Arts

Kidokoma Sells Redesigned, Thrifted Clothing and Original Student Designs

Courtesy of Isaiah

Aki Charland ’19, a member of Kidokoma, modeled for the club’s latest Fall-Winter Collection, which sold out in fifteen minutes.

When Kidokoma’s latest collection dropped on January 26, it sold out completely in the first fifteen minutes. The collection featured many pieces designed by students, from vibrant red t-shirts with the word “Kidokoma” displayed on the front to black hoodies with bright yellow letters that spelled out “KID.” The club, led by Ian Hurley ’19 and Sam Yoon ’19, is currently working on a 2.5 collection dropping this spring.

“We focus on having clothing that is still individual; we focus on making sure each shirt has a different color scheme, that no two shirts are alike, and that there’s a little bit of improvisation on each shirt that is a bit creative,” said Yoon.

Founded on campus last year, Kidokoma is a club whose members shop for thrifted clothing, which are re-designed and embroidered. The members then model the finished pieces, and host a pop-up store. With a core team of around five to seven students, Hurley and Yoon are in charge of facilitating and spearheading designs.

“[We] have people who are actually making the prints itself, we have people who are learning how to embroider, we have people who are learning marketing, advertising, modeling, and photography, and also the selling aspect of it. When you have a shop, [we also learn] how to manage the prices, budget the stock, manage the supply and demand and [find] where that balance is, and make sure we make a profit,” said Yoon.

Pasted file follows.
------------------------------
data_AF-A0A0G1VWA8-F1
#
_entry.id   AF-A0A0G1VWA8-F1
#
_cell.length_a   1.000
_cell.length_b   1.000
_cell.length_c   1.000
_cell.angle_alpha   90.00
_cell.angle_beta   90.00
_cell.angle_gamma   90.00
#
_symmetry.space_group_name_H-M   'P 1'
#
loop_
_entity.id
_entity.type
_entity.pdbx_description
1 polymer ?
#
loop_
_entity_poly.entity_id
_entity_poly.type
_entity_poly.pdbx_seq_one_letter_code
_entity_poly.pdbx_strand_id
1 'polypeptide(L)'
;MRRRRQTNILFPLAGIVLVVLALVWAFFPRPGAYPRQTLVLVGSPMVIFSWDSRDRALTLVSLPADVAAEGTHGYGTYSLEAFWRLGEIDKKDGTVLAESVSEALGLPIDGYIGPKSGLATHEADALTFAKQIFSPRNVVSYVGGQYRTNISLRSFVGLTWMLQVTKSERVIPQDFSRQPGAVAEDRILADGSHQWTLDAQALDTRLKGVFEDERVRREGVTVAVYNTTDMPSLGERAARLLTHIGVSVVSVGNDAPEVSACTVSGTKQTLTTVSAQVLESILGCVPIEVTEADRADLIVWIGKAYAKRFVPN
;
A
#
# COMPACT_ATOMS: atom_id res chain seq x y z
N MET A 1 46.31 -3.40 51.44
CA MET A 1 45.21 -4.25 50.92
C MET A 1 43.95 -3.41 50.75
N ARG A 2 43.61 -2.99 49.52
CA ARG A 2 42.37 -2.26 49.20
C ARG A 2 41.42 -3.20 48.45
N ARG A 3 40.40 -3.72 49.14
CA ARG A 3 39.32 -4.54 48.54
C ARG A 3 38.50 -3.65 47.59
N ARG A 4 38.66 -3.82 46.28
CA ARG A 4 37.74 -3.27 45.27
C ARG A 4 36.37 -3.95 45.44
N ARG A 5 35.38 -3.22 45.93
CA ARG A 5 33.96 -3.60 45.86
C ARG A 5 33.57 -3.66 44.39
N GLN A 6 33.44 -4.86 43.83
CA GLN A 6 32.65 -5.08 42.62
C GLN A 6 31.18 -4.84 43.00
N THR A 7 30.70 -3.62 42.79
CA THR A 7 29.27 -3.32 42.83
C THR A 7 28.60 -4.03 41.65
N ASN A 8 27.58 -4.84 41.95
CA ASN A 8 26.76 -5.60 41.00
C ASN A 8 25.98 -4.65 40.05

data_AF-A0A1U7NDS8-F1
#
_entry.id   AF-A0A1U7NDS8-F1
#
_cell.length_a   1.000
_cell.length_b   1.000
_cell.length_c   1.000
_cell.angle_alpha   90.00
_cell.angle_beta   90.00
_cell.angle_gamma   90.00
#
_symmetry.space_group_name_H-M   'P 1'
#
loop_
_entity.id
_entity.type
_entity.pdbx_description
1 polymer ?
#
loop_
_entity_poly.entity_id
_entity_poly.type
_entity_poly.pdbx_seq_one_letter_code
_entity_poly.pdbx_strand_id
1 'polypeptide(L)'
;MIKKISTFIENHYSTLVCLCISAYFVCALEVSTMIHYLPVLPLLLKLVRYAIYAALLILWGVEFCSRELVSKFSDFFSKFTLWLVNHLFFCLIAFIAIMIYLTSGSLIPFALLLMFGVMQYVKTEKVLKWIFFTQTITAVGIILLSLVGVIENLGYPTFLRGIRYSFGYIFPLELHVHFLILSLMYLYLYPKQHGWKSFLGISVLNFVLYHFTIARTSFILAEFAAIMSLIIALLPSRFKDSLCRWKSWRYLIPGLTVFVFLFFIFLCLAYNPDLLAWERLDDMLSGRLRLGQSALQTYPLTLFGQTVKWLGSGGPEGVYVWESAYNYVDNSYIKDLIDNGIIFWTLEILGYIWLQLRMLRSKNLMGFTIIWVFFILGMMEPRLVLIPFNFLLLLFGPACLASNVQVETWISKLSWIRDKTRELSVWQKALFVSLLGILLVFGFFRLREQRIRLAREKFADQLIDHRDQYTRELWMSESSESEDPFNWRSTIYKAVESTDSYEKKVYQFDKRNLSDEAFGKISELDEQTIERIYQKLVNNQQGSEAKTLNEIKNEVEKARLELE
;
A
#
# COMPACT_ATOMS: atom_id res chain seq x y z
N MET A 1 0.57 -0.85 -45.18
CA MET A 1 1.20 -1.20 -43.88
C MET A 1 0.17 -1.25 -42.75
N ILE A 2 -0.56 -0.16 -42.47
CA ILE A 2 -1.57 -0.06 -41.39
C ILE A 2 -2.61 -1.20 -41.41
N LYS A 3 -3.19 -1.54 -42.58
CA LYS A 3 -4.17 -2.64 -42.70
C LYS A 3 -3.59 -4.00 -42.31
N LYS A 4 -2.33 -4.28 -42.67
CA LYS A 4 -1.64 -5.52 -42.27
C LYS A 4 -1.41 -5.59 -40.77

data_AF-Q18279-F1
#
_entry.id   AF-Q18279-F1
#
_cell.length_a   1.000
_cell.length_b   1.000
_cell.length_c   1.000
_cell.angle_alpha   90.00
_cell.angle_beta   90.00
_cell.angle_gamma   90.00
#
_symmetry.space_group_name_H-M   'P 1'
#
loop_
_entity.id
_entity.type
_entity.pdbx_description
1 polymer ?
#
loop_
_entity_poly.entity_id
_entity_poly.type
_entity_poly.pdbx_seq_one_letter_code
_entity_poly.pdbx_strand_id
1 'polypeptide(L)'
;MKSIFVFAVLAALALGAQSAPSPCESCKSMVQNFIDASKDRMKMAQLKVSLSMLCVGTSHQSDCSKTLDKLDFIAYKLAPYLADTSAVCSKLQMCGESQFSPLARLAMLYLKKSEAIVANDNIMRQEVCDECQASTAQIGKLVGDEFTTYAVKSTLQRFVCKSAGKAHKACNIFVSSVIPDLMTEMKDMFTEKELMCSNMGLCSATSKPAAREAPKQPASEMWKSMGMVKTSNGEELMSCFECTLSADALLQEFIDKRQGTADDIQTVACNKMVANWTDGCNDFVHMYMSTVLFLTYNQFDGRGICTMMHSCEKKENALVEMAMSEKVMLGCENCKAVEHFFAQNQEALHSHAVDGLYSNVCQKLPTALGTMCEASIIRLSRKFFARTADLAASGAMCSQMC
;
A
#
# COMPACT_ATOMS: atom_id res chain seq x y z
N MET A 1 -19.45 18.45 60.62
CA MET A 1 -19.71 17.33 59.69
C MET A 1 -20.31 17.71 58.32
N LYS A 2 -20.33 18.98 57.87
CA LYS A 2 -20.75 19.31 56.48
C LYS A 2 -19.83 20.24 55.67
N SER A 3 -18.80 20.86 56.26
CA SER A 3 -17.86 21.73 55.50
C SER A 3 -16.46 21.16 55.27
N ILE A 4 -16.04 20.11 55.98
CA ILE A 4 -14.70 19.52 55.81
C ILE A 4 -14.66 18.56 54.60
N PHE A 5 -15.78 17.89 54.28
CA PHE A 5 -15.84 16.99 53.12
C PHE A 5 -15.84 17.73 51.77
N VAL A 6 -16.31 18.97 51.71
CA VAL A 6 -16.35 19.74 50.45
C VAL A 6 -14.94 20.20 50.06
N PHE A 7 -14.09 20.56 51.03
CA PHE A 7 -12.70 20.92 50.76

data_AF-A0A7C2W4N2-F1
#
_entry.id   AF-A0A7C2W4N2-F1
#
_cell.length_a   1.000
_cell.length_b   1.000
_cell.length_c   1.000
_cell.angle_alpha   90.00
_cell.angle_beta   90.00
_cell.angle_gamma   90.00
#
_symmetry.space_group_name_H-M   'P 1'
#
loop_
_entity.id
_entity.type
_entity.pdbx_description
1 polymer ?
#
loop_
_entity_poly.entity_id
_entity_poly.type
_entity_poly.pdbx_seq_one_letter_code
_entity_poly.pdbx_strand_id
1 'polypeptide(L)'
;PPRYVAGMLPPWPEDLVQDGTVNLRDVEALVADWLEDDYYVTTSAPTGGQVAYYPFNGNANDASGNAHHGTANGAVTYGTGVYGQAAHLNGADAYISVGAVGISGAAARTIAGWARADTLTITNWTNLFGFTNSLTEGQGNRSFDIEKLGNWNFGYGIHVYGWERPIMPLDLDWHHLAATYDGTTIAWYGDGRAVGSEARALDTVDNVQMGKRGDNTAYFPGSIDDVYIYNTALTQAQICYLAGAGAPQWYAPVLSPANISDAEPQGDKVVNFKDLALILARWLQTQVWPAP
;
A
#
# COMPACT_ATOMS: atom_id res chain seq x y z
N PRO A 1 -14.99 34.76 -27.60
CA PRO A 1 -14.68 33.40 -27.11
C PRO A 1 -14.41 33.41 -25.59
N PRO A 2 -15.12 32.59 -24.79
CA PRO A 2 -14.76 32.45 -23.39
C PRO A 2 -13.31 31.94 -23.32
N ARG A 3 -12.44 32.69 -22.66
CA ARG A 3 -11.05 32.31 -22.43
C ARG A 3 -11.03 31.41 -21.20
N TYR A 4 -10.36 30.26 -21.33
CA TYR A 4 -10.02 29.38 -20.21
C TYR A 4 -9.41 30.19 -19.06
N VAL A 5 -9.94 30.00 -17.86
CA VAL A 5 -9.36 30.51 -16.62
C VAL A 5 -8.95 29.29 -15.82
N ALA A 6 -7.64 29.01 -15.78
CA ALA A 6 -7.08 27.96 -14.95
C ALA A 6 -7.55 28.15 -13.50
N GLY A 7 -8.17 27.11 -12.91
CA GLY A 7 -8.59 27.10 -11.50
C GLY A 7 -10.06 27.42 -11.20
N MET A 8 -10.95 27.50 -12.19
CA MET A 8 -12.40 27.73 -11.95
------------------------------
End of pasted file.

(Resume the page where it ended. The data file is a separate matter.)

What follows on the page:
The production process starts with blank clothes, often bought online in bulk. After that, members will come up with ideas for designs and pitch them to the group.

Minji Shin ’20, one of Kidokoma’s main designers, said, “We try to accomodate to each other, but not in a strict way. We give ourselves the freedom of creativity and see how it turns out; if we can fix or change the designs, we can fit [with] each other’s designs because we have three different designers. It’s not going to always go smoothly, but we’ve been [working] pretty smooth for this collection because we just respect each other’s creativity and what we come up with.”

The price range for the clothing varies from around 15 to 70 dollars. The club emphasizes originality and uniqueness with their more expensive pieces, as they are tailored to fit the buyers’ likes and interests.

“[For] the clothes that are more individually designed, we focus on each piece when they are more expensive. [Each piece has] its own individuality so it’s worth the price. We don’t want to sell expensive clothing that everyone else is going to have. If you’re going to buy a 70 dollar sweatshirt, you better believe that it’s going to be your own sweatshirt,” said Yoon.

According to Shin, Kidokoma is already planning their next collection and has some ideas prepared.

“If you follow us up on Instagram, we’re always posting clothes and stuff that will be for sale or that will be available in shops but the main plan is to have a shop by next midterm,” said Hurley.